123k ratings 4.7 out of 5 rating

#2 – Clue Period, Ovulation Tracker

92k ratings 4.7 out of 5 rating

#3 – My Calendar – Period Tracker

28.7k ratings 4.8 out of 5 rating

#4 – Period Diary, Cycle Tracker

22k ratings 4.6 out of 5 rating

#5 – Natural Cycles – Contraception

8.8k ratings 4.8 out of 5 rating

#6 – Period Tracker – Eve

7.6k ratings 4.6 out of 5 rating

#7 – Glow Period Fertility Tracker 

6.8k ratings 4.6 out of 5 rating

#8 – Ovia Fertility & Cycle Tracker 

5.1k ratings 4.7 out of 5 rating

#9 – Cycles: Period & Cycle Tracker

4.4k ratings 4.5 out of 5 rating

#10 – Femometer Period Tracker

4.3k ratings 4.9 out of 5 rating

 

The Hormone Health Associates are here to advise and support you through your fertility journey.

Get in touch. We can help.

+44 (0)808 196 1901
hormonehealth@92Harleystreet.com

Case Study – Hormone replacement therapy (HRT)

Michelle at the age of 45, had a bilateral salpingo oophorectomy operation (removal of both ovaries and fallopian tubes) at a time in her life that she least expected. Prior to this operation she had experienced some typical perimenopausal symptoms such as lack of energy, occasional night sweats, hot flushes etc.

Post operation resulted in her going into early menopause. Given her age, it was highly recommended that she took hormone replacement therapy (HRT).

Understanding the pros and cons of HRT

Michelle initially was wary of taking medication and was concerned about the myths around HRT. She was fortunate to receive advice from Nick Panay at Hormone Health to understand the pros and cons of HRT and the long-term benefits of taking it. Mr Panay also advised best course of treatment with recommended reviews including blood tests going forward.

Within days of taking the treatment, Michelle felt amazing. She had more energy and did not have any hot flushes or sweats. Her skin felt better, and she had clearer focus. Even her children think she looks younger!

HRT – a healthy change

Nine months on she still feels full of energy and the best health wise in a long time. In fact, as a regular gym goer she is at her strongest she has ever been in her life. She passionately believes the HRT has made a healthy change to her life.

Michelle is thankful to Nick Panay for the continued advice she receives on HRT and would urge any woman seeking advice on HRT to contact Nick at Hormone Health.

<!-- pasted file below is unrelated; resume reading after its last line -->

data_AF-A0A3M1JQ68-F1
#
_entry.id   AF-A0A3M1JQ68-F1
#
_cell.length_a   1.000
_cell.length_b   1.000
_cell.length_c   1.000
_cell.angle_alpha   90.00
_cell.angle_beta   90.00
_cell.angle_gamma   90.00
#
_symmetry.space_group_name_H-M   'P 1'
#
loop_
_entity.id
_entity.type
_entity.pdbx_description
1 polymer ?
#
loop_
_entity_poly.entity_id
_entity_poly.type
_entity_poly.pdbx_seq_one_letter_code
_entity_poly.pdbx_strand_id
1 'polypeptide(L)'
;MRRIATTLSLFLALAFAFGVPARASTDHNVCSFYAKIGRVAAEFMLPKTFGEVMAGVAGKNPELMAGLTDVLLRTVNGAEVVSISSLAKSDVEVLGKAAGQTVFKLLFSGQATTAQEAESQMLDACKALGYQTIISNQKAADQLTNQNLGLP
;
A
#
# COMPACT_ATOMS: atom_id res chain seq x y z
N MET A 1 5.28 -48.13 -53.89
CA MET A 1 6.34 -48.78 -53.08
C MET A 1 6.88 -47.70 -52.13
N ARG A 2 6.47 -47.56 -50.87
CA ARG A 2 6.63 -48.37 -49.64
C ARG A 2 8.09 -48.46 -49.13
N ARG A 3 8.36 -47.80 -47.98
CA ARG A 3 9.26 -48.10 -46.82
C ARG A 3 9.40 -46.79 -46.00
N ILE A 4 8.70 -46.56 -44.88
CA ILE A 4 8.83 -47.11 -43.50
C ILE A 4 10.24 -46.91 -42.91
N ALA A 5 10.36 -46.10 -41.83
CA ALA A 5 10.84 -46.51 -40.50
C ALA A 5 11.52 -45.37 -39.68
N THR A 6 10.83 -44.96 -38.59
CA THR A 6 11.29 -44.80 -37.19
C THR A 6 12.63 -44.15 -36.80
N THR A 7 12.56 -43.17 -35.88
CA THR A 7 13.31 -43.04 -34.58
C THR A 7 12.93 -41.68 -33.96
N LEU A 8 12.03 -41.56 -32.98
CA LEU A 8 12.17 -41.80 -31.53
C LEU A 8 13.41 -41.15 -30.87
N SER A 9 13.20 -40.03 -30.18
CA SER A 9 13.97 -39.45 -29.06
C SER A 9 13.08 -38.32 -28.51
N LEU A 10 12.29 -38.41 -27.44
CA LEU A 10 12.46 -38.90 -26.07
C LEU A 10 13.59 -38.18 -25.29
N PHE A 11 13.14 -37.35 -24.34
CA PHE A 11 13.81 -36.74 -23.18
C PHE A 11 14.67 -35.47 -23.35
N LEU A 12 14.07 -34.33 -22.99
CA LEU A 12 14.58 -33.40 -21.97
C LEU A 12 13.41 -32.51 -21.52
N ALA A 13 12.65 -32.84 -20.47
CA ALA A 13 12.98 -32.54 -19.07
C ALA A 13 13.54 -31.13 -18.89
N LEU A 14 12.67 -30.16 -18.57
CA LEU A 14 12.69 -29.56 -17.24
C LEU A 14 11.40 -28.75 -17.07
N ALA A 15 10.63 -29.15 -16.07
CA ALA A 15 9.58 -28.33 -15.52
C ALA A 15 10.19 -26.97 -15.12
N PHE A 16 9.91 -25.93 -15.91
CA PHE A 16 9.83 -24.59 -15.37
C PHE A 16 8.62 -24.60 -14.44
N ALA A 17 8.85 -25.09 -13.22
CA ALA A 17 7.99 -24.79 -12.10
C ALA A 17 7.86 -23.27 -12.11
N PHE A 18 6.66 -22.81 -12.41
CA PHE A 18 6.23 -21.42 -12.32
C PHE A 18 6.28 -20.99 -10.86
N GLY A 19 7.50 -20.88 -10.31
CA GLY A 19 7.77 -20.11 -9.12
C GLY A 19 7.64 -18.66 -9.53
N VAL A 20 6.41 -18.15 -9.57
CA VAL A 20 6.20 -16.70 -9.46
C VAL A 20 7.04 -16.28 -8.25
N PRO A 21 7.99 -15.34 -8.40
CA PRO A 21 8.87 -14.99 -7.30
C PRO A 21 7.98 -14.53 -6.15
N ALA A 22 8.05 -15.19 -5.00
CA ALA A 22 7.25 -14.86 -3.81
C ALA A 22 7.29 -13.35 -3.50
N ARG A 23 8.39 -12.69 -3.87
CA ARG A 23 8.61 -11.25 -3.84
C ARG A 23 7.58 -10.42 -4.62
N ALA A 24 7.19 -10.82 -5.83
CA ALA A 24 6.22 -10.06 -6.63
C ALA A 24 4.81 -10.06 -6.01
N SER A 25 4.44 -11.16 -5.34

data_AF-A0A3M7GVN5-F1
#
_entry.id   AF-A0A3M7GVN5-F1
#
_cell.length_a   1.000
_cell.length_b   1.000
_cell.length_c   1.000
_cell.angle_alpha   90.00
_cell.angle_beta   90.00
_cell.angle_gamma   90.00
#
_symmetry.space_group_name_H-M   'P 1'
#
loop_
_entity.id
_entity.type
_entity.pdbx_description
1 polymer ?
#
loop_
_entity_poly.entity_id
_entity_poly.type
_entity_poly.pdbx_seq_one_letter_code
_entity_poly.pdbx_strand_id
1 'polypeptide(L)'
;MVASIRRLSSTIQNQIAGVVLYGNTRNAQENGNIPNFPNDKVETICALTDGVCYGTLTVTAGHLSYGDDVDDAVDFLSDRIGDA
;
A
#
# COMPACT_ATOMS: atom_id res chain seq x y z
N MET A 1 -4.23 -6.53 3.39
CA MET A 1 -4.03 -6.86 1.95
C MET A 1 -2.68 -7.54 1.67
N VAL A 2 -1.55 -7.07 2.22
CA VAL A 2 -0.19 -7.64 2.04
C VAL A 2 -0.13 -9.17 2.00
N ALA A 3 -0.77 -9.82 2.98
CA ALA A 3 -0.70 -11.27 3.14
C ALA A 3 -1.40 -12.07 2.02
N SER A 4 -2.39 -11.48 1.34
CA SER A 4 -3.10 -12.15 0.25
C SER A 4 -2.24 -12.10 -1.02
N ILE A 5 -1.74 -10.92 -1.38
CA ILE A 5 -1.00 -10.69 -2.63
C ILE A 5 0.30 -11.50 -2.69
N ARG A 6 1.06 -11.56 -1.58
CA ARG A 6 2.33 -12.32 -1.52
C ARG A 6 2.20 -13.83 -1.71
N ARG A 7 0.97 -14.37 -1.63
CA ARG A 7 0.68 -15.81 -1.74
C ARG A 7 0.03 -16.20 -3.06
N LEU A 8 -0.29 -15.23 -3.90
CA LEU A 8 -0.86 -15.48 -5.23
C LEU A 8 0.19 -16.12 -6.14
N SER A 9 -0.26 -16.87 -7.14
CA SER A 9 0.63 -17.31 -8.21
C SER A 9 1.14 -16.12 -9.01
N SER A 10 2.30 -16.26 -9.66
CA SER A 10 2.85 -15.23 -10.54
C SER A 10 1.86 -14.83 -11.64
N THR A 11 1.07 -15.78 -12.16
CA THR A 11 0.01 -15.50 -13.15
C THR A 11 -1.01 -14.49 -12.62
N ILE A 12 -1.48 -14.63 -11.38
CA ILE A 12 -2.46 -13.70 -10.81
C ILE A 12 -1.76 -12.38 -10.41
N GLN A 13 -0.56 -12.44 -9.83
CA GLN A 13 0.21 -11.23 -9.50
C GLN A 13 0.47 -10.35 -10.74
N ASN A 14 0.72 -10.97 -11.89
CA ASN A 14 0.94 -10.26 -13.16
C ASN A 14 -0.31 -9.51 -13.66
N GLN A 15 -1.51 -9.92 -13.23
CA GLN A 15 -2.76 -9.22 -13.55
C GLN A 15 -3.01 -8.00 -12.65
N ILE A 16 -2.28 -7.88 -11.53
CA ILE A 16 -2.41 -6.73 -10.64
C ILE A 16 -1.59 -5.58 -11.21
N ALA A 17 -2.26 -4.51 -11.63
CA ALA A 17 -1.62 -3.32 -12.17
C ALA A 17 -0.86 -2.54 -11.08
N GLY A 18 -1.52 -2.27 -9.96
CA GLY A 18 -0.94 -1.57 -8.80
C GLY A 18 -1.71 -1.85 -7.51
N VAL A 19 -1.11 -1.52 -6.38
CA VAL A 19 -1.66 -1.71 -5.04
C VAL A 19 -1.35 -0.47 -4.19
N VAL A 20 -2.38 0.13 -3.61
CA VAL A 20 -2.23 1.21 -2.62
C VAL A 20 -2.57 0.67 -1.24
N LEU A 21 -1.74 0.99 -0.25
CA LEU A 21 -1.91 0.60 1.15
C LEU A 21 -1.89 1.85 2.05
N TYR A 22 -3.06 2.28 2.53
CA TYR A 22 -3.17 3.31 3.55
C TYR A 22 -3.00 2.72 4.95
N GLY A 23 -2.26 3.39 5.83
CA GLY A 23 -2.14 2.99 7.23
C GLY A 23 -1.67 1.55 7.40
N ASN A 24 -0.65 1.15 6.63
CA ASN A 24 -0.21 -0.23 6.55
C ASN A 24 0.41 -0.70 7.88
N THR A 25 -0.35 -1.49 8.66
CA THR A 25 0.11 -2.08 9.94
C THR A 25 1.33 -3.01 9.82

Hormones are for life!

‘I feel so full of energy, focussed and at my best and I strongly believe this is due to the HRT and advice given by Nick Panay at Hormone Health.’

The UK Government are getting serious

The UK Government are getting serious about women’s health. What this means for women with PMS and PMDD.

Ministers said that women were too often let down by a healthcare system “designed by men for men” as they called for female issues to be given a higher priority.

Last June the UK government released an open invitation for women as well as health organisations and charities to come forward and share experiences on women’s health. The feedback would then be reviewed by health officials, who would then use this material to build the inaugural women’s health strategy, which is due to be published later in the year.

Maria Caulfield, the women’s health minister, said: “For generations, women have lived in a healthcare system primarily designed by men, for men. We are committed to tackling the gender health gap, and the publication of our strategy later this year will mark a significant step forward.”

The call for evidence focused on six key areas:

  1. Placing women’s voices at the centre of their health and care
  2. Improving the quality and accessibility of information and education on women’s health
  3. Ensuring the health and care system understands and is responsive to women’s health and care needs across the life course
  4. Maximising women’s health in the workplace
  5. Ensuring research, evidence and data support improvements in women’s health
  6. Understanding and responding to the impacts of COVID-19 on women’s health

Health organisations have advised the UK government ahead of the first publication of the report that Premenstrual syndrome (PMS) must be taken more seriously because it caused women anxiety and depression.